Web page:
China’s Tech Distress Grows as U.S. Chip Sanctions Bite

Taiwan, home to TSMC, accounted for about 40% of the drop in China’s chip imports during the first five months of the year.
Taiwan, home to TSMC, accounted for about 40% of the drop in China’s chip imports during the first five months of the year.


  • Washington’s restrictions on sale of advanced technology to Beijing appear to be working—for now

China’s tech sector is showing the strain from last year’s sweeping U.S. export restrictions, which seek to stall Beijing’s ambitions in cutting-edge industries such as artificial intelligence and supercomputing.

Semiconductor imports to China are falling. Chinese companies say they are struggling to get key components and machinery. And chipsets that have been remodeled to make them less powerful so they fall within U.S. rules are now threatened by the possibility of additional restrictions.

The distress signals show Washington’s nine-month-old policy of denying Beijing access to the most advanced semiconductors and the tools to make them is starting to bite, despite loopholes and workarounds keeping some key components flowing.

The restrictions also show the obstacles facing China in developing domestic alternatives for some of the most sought-after foreign semiconductor technologies.

“The controls appear to be making it harder and costlier for China to gain certain inputs," said Emily Benson, a senior fellow specializing in trade and technology at the Center for Strategic and International Studies think tank.

Customs data released by Beijing this month highlighted the reality for Chinese buyers of high-end chips: Imports of semiconductors fell by 22% in value terms during the first six months of 2023 from a year earlier. Imports of chip-manufacturing equipment dropped by 23%, extending last year’s decline.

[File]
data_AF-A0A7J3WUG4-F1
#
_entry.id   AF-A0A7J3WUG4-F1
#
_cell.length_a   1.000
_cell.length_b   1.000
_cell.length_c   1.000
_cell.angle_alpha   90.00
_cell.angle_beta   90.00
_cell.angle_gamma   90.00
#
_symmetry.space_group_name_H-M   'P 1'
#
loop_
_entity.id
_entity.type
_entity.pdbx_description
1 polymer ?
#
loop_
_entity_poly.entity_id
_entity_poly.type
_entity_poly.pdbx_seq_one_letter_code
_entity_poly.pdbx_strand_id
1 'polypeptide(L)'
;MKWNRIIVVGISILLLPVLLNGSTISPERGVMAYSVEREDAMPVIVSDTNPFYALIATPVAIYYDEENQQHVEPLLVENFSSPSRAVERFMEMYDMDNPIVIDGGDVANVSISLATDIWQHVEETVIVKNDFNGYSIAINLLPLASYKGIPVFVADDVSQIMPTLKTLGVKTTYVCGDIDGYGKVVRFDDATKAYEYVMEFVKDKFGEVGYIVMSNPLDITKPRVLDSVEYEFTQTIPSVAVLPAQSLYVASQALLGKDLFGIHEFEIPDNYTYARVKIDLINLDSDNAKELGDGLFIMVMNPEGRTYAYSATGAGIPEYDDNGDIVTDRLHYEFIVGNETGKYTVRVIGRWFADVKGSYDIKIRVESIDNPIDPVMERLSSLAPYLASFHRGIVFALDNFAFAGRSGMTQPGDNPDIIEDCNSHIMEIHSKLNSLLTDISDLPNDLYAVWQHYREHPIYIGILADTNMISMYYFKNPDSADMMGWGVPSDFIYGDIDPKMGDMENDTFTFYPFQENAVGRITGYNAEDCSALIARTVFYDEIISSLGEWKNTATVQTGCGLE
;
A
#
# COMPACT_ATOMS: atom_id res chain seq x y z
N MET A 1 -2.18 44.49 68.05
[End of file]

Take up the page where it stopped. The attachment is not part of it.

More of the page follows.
Leading chip-manufacturing regions accounted for the lion’s share of the decline in semiconductor imports. Taiwan, home to Taiwan Semiconductor Manufacturing Co., the world’s largest chip maker, accounted for about 40% of the drop in China’s chip imports during the first five months of the year. South Korea, home to Samsung, SK Hynix and other chip giants, accounted for almost one-third. The U.S. restrictions affect foreign companies that use U.S. chip-making tools—which virtually all of them do.

There are likely other factors at play behind drooping semiconductor imports. China’s economy is slowing amid weaker global demand. Beijing has also invested heavily in domestic technology industries in a push for greater self-reliance, though that will take time to bear fruit. In the meantime, China lacks the ability to make the most advanced chips, with key elements in their supply chain controlled by the U.S. and its allies.

Japan on July 23 restricted the export of crucial semiconductor-manufacturing equipment, following curbs announced by the Netherlands. The two countries, with the U.S., are the only makers of some machinery essential to manufacturing the most advanced chips.

This month, the largest listed subsidiary of Inspur, China’s top maker of servers used to develop AI, issued a warning to investors: Citing tight supply, the company said it is struggling to get chips critical to powering its AI servers, the powerful machines used in laboratories and tech companies to develop advanced AI. The company said it could take a 30% hit to its revenue in the first half of the year as a result.